And I will do all my pleasure; as he has done in creation, and does in providence, so he has done, can do, and does in grace, in predestination and redemption, and in the effectual calling. And particularly this may refer to the deliverance of the Jews by Cyrus, a type of Christ, and deliverance by him, as follows:

Declaring the end from the beginning, and from ancient times the things that are not yet done, saying, My counsel shall stand, and I will do all my pleasure:
EXEGETICAL (ORIGINAL LANGUAGES)
10. the end from the beginning] i.e. the issue (of a particular series of events or period of history) from its origin.

the things that are not yet done] with closer reference to the events mentioned in Isaiah 46:11. Cf. ch Isaiah 48:5 (“before it has come to pass”).

My counsel shall stand] Cf. ch. Isaiah 14:24.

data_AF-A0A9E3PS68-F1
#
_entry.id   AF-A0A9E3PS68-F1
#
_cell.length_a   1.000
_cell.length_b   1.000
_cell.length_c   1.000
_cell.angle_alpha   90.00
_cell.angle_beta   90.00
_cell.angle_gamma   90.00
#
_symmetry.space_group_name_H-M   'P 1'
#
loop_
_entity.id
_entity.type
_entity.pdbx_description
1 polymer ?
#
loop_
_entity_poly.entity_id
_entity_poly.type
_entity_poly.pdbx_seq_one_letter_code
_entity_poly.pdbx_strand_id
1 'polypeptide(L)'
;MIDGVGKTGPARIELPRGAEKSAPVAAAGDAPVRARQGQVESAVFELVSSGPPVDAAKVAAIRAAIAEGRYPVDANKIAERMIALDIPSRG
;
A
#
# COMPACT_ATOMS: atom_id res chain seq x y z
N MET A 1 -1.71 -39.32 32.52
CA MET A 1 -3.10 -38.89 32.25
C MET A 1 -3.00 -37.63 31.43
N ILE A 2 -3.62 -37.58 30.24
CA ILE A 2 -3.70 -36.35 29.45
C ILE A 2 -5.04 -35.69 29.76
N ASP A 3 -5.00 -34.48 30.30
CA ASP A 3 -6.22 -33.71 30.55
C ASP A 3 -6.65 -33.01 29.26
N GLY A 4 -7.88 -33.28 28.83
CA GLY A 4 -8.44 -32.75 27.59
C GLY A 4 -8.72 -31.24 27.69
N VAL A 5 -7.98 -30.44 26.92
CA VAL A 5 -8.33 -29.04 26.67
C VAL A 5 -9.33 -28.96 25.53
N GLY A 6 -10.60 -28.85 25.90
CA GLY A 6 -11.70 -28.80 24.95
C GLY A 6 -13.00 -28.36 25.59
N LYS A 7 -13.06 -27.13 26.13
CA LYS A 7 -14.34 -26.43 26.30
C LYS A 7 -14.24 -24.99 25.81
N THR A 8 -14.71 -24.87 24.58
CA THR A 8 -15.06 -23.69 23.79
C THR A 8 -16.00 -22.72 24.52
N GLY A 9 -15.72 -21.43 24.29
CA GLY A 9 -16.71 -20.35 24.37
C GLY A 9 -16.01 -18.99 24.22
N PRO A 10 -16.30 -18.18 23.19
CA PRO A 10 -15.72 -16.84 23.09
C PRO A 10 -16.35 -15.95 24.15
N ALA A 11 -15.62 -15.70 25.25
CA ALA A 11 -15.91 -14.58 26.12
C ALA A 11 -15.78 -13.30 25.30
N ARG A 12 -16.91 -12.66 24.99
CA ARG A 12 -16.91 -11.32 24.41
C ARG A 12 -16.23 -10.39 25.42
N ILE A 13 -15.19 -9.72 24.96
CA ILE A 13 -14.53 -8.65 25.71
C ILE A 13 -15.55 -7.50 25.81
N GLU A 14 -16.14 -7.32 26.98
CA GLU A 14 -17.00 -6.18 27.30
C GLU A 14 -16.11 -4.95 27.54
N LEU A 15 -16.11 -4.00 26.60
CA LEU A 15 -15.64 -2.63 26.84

my pleasure] my purpose (see on ch. Isaiah 44:28).Verse 10. - Declaring the end from the beginning; i.e. "possessed of the very highest prophetic power, able to declare from the very beginnings of history its ultimate issues" (see Genesis 3:15; Genesis 16:12; Genesis 21:18, etc.). My counsel; rather, my purpose, or my plan (comp. Psalm 33:11; Job 23:13; and supra, Isaiah 14:24). From this approaching reduction of the gods of Babylon to their original nothingness, several admonitions are now derived. The first admonition is addressed to all Israel. "Hearken unto me, O house of Jacob, and all the remnant of the house of Israel: ye, lifted up from the womb; ye, carried from the mother's lap! And till old age it is I, and to grey hair I shall bear you on my shoulder: I have done it, and I shall carry; and I put upon my shoulder, and deliver. To whom can ye compare me, and liken, and place side by side, that we should be equal?" The house of Jacob is Judah here, as in Obadiah 1:18 (see Caspari on the passage), Nahum 2:3, and the house of Israel the same as the house of Joseph in Obadiah; whereas in Amos 3:13; Amos 6:8; Amos 7:2, Jacob stands for Israel, in distinction from Judah. The Assyrian exile was earlier than the Babylonian, and had already naturalized the greater part of the exiles in a heathen land, and robbed them of their natural character, so that there was only a remnant left by whom there was any hope that the prophet's message would be received. What the exiles of both houses were to hear was the question in Isaiah 46:5, which called upon them to consider the incomparable nature of their God, as deduced from what Jehovah could say of Himself in relation to all Israel, and what He does say from העמסים onwards. Babylon carried its idols, but all in vain: they were carried forth, without being able to save themselves; but Jehovah carried His people, and saved them. The expressions, "from the womb, and from the mother's lap," point back to the time when the nation which had been in process of formation from the time of Abraham onwards came out of Egypt, and was born, as it were, into the light of the world. From this time forward it had lain upon Jehovah like a willingly adopted burden, and He had carried it as a nurse carries a suckling (Numbers 11:12), and an eagle its young (Deuteronomy 32:11). In Isaiah 46:4 the attributes of the people are carried on in direct (not relative) self-assertions on the part of Jehovah. The senectus and canities are obviously those of the people - not, however, as though it was already in a state of dotage (as Hitzig maintains, appealing erroneously to Isaiah 47:6), but as denoting the future and latest periods of its history. Even till then Jehovah is He, i.e., the Absolute, and always the same (see Isaiah 41:4). As He has acted in the past, so will He act at all times - supporting and saving His people. Hence He could properly ask, Whom could you place by the side of me, so that we should be equal? (Vav consec. as in Isaiah 40:25).